- California joined the United States with the signing of the Treaty of Guadalupe Hidalgo, which ended the Mexican-American War, in 1848. The U.S. paid Mexico $15 million for war damages. In turn, Mexico ceded nearly half of its territory, including California, Arizona, New Mexico, Texas, and parts of Colorado, Nevada, and Utah. California officially became a state (the 31st) in 1850.
- California was originally known as the Grizzly Bear State. As California boomed—and the bear population was wiped out—it became the Golden State.
- The grizzly bear on California’s current state flag is a tribute to Monarch, a 1,200-lb. wild California grizzly bear captured by newspaper magnate William Randolph Hearst (or, rather, the reporter he hired, Allen Kelley) in 1899. Monarch was sent to San Francisco, where he was a star attraction at Woodward’s Garden and then Golden Gate Park until his death in 1911. The last reported sighting of a wild California grizzly bear was in 1924.
- While Monarch is front and center on California’s official state flag, which was adopted in 1911, the bear flag image dates back to 1846, two years before the Treaty of Guadalupe Hidalgo. A group of Americans who’d settled in California, which was then part of Mexico, feared they’d be expelled. They invaded the Mexican outpost at Sonoma and captured the retired general Mariano Vallejo. A few days later, they raised a flag that featured a red star and crudely drawn grizzly and declared the land the California Republic.
- And who designed the original flag? William Todd, nephew of Mary Todd Lincoln. It’s a small historical world.
- The one-word state motto, an exclamation-point-less “Eureka,” hearkens back to the exciting days of the Gold Rush. But the exclamation of “Eureka!” is attributed to the Greek scholar Archimedes. According to legend, he had an epiphany as he stepped into a bathtub and watched the water level rise—he realized that the volume of the displaced water was equal to the volume of the foot he’d submerged. And then he ran out of the room to tell others about his discovery… while he was completely naked. (More on whether that ever actually happened here.)
- California is the only state that’s hosted both the Summer and Winter Olympics.
- California is the most populous state (and the third largest by area). To put California’s population, approximately 38 million people, in perspective, one out of every eight Americans is from California.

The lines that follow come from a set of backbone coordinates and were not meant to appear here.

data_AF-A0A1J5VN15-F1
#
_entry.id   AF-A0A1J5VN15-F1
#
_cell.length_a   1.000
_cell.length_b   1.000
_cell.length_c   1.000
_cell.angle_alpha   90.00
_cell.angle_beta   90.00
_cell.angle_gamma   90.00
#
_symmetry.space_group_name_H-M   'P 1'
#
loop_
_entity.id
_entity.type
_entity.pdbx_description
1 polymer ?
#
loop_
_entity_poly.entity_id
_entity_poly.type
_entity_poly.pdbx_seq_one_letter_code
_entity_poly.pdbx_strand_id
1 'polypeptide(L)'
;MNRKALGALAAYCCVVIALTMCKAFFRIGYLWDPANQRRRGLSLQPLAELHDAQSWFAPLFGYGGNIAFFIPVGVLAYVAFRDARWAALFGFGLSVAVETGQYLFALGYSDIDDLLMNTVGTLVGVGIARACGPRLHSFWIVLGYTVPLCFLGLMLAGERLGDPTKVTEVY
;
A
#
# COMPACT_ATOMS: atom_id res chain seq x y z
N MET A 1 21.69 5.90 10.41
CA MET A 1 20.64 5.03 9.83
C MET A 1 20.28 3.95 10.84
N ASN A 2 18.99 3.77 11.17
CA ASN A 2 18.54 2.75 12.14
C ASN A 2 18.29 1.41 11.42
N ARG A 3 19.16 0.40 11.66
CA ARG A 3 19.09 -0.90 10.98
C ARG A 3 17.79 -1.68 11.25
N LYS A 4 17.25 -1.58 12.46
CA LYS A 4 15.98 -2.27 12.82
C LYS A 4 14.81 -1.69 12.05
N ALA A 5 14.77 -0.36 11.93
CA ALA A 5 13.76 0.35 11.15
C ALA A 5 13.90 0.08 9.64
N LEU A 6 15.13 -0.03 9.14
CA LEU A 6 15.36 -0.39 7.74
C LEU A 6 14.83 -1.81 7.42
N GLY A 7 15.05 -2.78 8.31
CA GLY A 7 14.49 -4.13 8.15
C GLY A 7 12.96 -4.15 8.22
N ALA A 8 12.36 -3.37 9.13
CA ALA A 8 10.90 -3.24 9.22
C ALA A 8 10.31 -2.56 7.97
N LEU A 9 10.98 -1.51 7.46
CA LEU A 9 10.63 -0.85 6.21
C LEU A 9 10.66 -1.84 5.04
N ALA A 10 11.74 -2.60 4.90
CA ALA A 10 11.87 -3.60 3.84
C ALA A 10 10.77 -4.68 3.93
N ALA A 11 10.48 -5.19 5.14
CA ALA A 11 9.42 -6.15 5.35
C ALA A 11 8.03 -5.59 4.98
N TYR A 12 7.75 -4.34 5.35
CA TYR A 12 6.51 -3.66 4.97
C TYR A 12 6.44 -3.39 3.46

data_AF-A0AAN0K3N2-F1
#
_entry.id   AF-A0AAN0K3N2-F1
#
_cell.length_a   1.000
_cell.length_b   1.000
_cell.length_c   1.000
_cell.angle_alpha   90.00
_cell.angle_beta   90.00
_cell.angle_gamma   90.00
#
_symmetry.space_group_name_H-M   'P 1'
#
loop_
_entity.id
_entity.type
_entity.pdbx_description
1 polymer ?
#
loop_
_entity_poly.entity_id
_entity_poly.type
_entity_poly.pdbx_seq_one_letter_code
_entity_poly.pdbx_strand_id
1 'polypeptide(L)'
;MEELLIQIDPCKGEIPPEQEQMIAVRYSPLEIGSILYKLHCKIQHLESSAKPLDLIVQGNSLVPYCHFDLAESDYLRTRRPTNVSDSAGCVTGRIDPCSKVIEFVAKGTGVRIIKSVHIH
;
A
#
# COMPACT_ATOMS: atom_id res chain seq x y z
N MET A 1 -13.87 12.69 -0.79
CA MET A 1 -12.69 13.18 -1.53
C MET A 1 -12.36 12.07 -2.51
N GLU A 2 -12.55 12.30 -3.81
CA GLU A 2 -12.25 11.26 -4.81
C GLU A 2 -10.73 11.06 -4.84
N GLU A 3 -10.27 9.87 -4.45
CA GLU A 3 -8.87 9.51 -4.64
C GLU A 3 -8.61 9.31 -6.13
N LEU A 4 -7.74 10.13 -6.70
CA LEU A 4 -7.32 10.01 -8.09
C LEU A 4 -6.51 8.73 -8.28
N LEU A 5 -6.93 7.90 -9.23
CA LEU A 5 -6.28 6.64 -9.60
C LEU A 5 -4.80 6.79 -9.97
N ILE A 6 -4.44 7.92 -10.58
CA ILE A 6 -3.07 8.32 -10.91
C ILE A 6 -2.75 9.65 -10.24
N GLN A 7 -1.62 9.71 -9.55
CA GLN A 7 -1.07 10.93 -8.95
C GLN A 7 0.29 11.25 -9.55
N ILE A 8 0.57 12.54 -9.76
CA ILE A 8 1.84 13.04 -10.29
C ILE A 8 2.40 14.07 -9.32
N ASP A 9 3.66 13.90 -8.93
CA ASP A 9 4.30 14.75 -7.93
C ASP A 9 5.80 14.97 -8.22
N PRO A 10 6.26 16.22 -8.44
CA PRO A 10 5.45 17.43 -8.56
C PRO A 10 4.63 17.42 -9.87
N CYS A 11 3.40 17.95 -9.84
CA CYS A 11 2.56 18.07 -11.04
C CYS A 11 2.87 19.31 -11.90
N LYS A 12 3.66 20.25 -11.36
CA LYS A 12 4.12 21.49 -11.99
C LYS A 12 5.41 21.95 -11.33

- The fortune cookie was inspired by the Japanese fortune tradition o-mikuji and invented in California.
- I can haz state recognition? In 1973, the sabre-tooth cat, Smilodon californicus, became California’s state fossil. A year earlier, Assemblyman W. Craig Biddle had nominated the cockroach-like trilobite for the honor. Nearly 2,000 museum curators and fossil experts backed him, but the bill never made it to a vote. A year later, the sabre-tooth cat made it to the floor and passed. The one no-vote? Senator W. Craig Biddle.
- Despite living in Los Angeles—a city known for its traffic—for 78 years, writer Ray Bradbury never learned to drive.
- California’s most famous for its Gold Rush which began in 1848, but it also had a Silver Rush in the Calico Mountains from 1881 to 1896. By 1904, Calico was a ghost town.
- The mineral benitoite can be found in California, Japan, and Arkansas, but only San Benito County, California, has it in gemstone-quality deposits. The California State Gem Mine in Coalinga allows the public to dig and take home a quart-sized bag of treasure.
- Thousands of U.S. banks failed after the 1929 stock market crash—by 1933, only 11,000 were left. All of San Francisco’s banks, however, survived.
- The highest point in the contiguous U.S., 14,494-foot Mt. Whitney, is only 76 miles from the lowest point in the contiguous U.S., Death Valley. They’re both in Calif— well, you know.
This article originally appeared on MentalFloss.com.